Emergencies: Creating and Sustaining Them in Nevada?

lack of planning Someone is asking the right question:

“Assembly Member Elliot Anderson (D-Winchester) then asked the biggest question of them all: Why is this “emergency measure” popping up now, and does it stand any better chance of passing the Senate than AB 148 or the proposed Fiore-Hansen SB 175 amendment. All Oscarson Therecould say was “I certainly hope so.” Meanwhile, a whole lot of students, teachers, and concerned family members certainly hope AB 487 meets the same fate as the dead AB 148 and the failed SB 175 amendment.” [LTN]

The measure under discussion is AB 487, another iteration of the ammosexual agenda Carry Everywhere nightmare, and it’s due for a hearing (of sorts) in the Assembly Judiciary Committee bright and early on Wednesday morning [pdf agenda] if it can get “emergency status.”  The tenacity of the gun advocates seems proportional to their delusion that somehow more guns will make up safer from more guns.  In case you missed it, this Salon piece does an excellent point by point deconstruction of the right wing’s ideological stance on the issue.

There’s another bill coming up on Wednesday which deserves more attention than it’s likely to get in the waning days of a legislative session, SB 292

“Section 1 of this bill provides that a board of trustees of a school district or the governing body of a charter school is not liable for any civil damages arising from any act or omission by a person employed by or volunteering at a school-based health center. Section 1 also defines “school-based health center” for such purposes.”

… Existing law limits the amount of noneconomic damages that may be an action for injury or death against a provider of health care based professional negligence. (NRS 41A.035) Section 3 of this bill limits noneconomic damages that may be awarded in such an action to $350,000, regardless of the number of plaintiffs, defendants or theories of liability. Existing law establishes a rebuttable presumption in actions for negligence”

This is NOT a School Nurse Protection Act, at least not the way it is worded.   Notice the phrase “…by a person employed by or volunteering at a school-based health center.”  So,  volunteers manning the school sick bay, and not school nurses, cannot render the school or charter operation liable for their actions or their failure to act?  If the person is a school nurse there are professional requirements for that.  However, (and this is a pretty big caveat) non-certified personnel may be allowed to administer medication, for which there are no pre-service nor professional development  specified training requirements. [NASBE] What could possibly go wrong?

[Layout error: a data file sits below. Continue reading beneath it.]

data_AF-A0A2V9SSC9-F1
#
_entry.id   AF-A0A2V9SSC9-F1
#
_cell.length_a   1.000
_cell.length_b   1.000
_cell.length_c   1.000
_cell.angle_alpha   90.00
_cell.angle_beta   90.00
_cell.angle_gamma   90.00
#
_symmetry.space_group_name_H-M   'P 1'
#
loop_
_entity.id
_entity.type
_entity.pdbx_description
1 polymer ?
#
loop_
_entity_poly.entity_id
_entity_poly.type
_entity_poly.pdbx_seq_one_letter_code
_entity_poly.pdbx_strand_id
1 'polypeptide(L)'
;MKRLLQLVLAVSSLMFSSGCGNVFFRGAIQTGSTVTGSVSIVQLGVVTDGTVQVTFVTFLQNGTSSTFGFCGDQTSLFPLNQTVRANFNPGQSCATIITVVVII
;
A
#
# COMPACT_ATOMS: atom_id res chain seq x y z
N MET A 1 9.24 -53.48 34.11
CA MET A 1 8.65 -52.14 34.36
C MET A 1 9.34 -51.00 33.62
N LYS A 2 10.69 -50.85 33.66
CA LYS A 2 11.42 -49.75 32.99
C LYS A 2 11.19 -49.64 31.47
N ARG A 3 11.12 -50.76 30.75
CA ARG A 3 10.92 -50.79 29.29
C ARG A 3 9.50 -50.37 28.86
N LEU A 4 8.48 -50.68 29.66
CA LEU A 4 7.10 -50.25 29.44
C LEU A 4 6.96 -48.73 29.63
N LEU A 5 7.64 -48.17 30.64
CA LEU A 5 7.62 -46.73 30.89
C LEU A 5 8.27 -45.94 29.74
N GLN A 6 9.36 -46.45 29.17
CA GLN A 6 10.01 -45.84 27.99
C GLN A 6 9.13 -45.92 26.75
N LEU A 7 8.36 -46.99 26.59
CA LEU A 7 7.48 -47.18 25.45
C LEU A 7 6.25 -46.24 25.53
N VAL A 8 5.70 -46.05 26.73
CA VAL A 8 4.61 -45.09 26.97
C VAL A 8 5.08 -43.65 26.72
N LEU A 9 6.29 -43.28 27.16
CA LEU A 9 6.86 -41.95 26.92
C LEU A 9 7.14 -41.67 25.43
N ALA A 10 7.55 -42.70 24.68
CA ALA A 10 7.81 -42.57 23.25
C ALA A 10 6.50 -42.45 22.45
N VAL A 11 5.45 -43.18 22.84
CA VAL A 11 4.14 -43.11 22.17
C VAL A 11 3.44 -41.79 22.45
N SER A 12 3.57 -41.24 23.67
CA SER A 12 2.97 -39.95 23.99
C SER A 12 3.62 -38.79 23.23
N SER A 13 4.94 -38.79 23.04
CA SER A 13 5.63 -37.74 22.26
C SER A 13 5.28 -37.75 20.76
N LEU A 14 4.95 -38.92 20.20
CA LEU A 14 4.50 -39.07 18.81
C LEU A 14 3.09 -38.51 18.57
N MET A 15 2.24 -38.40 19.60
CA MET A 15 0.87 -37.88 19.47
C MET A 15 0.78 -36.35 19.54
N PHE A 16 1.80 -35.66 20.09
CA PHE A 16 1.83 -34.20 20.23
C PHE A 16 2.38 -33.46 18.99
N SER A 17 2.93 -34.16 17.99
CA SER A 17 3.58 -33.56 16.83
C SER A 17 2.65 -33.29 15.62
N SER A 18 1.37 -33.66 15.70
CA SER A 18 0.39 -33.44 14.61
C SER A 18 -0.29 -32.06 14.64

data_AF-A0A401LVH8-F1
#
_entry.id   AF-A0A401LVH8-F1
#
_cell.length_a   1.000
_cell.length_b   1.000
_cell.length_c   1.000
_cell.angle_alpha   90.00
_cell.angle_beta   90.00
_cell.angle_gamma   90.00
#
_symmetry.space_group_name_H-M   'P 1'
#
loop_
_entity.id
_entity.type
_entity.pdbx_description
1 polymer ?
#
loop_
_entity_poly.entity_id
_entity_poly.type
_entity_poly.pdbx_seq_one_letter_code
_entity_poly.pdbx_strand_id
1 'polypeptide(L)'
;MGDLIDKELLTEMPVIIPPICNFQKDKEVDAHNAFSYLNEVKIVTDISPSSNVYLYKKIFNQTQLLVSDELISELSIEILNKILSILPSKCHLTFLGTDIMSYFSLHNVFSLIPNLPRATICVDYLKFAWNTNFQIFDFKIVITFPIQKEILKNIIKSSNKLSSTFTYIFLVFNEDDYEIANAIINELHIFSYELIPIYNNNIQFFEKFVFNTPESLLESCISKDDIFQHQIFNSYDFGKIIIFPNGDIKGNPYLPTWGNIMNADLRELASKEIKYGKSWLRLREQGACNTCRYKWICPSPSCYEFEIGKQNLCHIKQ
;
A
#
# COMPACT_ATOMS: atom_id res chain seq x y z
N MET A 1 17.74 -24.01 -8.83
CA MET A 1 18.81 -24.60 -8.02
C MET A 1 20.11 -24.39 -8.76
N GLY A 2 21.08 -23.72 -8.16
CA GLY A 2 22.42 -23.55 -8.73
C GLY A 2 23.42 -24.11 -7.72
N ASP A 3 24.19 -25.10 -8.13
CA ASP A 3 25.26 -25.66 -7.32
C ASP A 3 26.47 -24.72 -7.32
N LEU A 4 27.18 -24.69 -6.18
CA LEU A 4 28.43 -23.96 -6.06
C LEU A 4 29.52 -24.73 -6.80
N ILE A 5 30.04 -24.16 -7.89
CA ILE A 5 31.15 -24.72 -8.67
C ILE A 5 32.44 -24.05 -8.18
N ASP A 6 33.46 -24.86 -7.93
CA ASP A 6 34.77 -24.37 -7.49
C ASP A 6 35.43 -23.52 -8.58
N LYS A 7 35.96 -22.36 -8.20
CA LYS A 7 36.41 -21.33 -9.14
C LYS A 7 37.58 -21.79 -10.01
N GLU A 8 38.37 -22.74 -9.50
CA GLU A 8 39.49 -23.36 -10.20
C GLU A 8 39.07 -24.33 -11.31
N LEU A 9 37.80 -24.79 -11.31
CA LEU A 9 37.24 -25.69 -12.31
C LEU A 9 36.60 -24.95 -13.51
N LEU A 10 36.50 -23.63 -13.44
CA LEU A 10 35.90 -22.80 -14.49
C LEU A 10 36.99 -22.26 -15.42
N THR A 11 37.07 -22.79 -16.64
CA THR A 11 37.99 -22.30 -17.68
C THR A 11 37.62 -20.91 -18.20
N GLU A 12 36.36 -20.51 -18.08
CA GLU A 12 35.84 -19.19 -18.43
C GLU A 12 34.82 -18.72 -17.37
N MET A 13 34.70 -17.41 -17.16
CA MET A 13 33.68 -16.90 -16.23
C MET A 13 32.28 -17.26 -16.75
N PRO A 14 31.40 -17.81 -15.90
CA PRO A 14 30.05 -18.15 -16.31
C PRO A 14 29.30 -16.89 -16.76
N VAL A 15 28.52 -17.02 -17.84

But wait, there’s more! Senator Roberson seems intent upon his assault on the venerable Collateral Source Rule.  The Legislative Counsel Bureau explains what happens under SB 291:

“A common law doctrine, known as the “collateral source rule,” prohibits a defendant in a tort case from introducing into evidence proof of amounts that the plaintiff received or was entitled to receive from a source other than the defendant in compensation for the harms or injuries caused by the defendant.”

Existing law provides a limited exception to the collateral source rule by allowing a defendant in a case against a provider of health care based upon professional negligence to introduce evidence of amounts paid or payable to a plaintiff pursuant to policies of health or accident insurance, the United States Social Security Act, worker’s compensation statutes and other programs or contracts that pay for or reimburse costs of health care. (NRS 42.021)

This bill replaces the existing limited exception to the collateral source rule and instead requires a court, upon a motion by a defendant in any tort case, to reduce the amount of damages initially determined by the jury or other finder of fact by the amount of past medical expenses paid in relation to the injury or death sustained. However, this bill prohibits the court from reducing the amount of the damages by any amount: (1) paid for any treatment, care or custody provided by a provider of health care or medical facility on a lien; or (2) paid pursuant to medical payment coverage.  (emphasis added)

The “defendant” in this instance would be a negligent or otherwise incompetent health care provider.  Again, whatever success a plaintiff may have had in court against a person who negligently caused their pain, suffering, and possible disability – Senator Roberson would like to see reduced by any amount covered by Social Security disability benefits, worker’s compensation, or health or accident insurance.  The two bills are a double whammy for victims.

This session can’t end soon enough?

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